Background Electronic health records (EHR) can improve safety via computerised physician order entry with clinical decision support, designed in part to alert providers and prevent potential adverse drug events at entry and before they reach the patient. However, early evidence suggested performance at preventing adverse drug events was mixed.
Methods We used data from a national, longitudinal sample of 1527 hospitals in the USA from 2009 to 2016 who took a safety performance assessment test using simulated medication orders to test how well their EHR prevented medication errors with potential for patient harm. We calculated the descriptive statistics on performance on the assessment over time, by years of hospital experience with the test and across hospital characteristics. Finally, we used ordinary least squares regression to identify hospital characteristics associated with higher test performance.
Results The average hospital EHR system correctly prevented only 54.0% of potential adverse drug events tested on the 44-order safety performance assessment in 2009; this rose to 61.6% in 2016. Hospitals that took the assessment multiple times performed better in subsequent years than those taking the test the first time, from 55.2% in the first year of test experience to 70.3% in the eighth, suggesting efforts to participate in voluntary self-assessment and improvement may be helpful in improving medication safety performance.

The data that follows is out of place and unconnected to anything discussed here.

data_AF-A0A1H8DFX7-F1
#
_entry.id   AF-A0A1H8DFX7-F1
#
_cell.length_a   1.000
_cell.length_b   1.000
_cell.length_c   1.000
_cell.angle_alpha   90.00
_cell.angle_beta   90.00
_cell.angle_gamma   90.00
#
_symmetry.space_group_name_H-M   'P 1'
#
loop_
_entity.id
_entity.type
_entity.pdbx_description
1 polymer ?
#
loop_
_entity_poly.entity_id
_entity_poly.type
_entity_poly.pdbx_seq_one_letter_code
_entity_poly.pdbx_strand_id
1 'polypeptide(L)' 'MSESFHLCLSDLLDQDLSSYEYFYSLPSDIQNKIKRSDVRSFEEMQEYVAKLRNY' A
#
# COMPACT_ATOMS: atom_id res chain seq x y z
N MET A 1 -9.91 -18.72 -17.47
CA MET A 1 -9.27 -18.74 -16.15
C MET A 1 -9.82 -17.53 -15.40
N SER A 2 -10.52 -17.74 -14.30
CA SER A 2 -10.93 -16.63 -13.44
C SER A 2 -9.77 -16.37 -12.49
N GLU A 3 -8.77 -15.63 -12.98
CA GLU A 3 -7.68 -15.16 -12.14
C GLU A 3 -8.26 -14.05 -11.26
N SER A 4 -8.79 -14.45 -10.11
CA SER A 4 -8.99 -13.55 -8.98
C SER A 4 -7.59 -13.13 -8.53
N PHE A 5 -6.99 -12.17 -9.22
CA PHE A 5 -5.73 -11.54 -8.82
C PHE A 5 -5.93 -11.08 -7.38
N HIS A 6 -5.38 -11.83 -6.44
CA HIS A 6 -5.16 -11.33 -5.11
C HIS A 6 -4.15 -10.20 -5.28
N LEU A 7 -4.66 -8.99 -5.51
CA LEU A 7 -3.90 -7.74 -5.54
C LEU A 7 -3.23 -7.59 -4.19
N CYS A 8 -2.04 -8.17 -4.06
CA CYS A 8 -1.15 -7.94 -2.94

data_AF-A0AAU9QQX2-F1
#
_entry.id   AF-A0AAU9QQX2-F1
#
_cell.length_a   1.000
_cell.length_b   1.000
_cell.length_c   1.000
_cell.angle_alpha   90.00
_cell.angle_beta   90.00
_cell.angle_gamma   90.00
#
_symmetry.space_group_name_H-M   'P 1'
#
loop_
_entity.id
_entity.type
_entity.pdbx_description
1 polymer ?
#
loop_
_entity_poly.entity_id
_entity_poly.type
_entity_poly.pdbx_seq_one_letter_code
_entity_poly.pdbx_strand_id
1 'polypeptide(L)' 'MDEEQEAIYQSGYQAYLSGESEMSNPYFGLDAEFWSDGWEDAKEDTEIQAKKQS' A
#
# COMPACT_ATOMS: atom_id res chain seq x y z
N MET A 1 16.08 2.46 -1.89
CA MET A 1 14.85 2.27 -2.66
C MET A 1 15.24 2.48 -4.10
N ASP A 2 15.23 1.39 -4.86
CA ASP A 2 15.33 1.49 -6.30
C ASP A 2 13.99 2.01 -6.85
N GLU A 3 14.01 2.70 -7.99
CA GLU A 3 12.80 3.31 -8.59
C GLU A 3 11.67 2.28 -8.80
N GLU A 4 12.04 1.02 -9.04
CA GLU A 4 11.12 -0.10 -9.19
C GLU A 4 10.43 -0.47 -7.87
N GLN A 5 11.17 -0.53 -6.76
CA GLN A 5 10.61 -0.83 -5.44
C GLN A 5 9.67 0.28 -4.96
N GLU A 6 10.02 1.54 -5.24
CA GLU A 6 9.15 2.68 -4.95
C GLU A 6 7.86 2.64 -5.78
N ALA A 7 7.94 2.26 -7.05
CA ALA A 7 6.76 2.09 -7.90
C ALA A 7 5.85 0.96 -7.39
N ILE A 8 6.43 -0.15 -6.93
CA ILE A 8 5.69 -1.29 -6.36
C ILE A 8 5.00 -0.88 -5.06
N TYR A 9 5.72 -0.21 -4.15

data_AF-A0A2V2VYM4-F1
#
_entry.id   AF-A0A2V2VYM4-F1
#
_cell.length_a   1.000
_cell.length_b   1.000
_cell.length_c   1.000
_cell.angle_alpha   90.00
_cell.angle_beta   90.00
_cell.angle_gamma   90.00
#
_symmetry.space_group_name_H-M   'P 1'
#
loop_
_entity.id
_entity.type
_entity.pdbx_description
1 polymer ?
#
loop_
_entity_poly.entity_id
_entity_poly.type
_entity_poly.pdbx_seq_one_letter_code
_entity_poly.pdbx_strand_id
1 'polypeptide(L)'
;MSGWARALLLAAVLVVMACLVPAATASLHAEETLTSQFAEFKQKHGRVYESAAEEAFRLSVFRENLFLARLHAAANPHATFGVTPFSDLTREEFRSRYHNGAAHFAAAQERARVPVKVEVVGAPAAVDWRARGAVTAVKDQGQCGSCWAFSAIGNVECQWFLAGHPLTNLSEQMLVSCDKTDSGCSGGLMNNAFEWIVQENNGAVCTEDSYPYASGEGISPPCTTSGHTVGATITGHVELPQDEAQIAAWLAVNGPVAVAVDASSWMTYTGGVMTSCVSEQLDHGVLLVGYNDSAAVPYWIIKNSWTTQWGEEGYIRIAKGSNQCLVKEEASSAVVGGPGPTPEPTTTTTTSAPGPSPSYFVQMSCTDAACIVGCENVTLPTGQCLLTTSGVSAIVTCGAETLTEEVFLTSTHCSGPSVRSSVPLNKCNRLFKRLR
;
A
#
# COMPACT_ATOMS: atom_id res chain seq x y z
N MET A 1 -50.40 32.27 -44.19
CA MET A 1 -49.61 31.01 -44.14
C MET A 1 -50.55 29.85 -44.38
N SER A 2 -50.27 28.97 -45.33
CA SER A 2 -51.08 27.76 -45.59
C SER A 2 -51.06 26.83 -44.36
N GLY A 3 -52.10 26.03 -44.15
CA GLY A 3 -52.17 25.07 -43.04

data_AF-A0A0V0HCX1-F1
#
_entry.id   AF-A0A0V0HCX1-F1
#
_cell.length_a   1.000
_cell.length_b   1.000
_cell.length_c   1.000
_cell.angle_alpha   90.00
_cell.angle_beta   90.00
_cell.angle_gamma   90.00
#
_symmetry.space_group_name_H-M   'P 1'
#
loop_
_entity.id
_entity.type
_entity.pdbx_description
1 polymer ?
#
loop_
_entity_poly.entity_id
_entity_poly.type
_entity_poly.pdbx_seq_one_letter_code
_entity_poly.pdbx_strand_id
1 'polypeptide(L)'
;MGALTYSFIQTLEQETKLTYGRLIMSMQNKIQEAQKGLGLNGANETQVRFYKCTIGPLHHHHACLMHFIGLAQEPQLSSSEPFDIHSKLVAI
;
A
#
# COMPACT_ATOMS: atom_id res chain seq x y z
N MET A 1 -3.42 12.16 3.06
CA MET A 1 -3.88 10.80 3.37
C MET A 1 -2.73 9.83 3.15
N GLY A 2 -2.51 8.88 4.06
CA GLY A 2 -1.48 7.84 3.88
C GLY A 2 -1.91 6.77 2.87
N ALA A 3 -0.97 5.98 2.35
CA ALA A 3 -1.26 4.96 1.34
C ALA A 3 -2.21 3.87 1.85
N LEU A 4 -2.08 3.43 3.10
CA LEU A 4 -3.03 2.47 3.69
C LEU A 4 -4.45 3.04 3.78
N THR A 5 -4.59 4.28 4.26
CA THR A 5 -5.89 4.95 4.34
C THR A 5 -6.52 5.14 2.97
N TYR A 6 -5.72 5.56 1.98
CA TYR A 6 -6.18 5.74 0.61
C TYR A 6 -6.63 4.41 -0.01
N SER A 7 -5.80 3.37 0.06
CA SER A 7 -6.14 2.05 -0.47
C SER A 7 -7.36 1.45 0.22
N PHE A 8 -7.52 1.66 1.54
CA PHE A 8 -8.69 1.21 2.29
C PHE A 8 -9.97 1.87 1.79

Conclusion Hospital medication order safety performance has improved over time but is far from perfect. The specifics of EHR medication safety implementation and improvement play a key role in realising the benefits of computerising prescribing, as organisations have substantial latitude in terms of what they implement. Intentional quality improvement efforts appear to be a critical part of high safety performance and may indicate the importance of a culture of safety.
- decision support, computerised
- hospital medicine
- information technology
- medication safety
- patient safety
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Contributors All authors contributed to the study through either data collection, analysis, drafting and supervision, and met the criteria for authorship per ICMJE guidelines.
Funding This study was supported by Agency for Healthcare Research and Quality (R01HS023696).
Competing interests DB reported consulting for EarlySense, which makes patient safety monitoring systems; receiving cash compensation from CDI (Negev), which is a not-for-profit incubator for health internet technology start-ups; receiving equity from Valera Health, which makes software to help patients with chronic diseases; CLEW, which makes software to support clinical decision-making in intensive care; and MDClone, which takes clinical data and produces deidentified versions of it. DC is an employee of Pascal Metrics, a federally certified patient safety organisation.
Patient consent for publication Not required.
Ethics approval Brigham and Women's Hospital IRB approval for study 2014P001614.
Provenance and peer review Not commissioned; externally peer reviewed.
Data availability statement Data may be obtained from a third party and are not publicly available.
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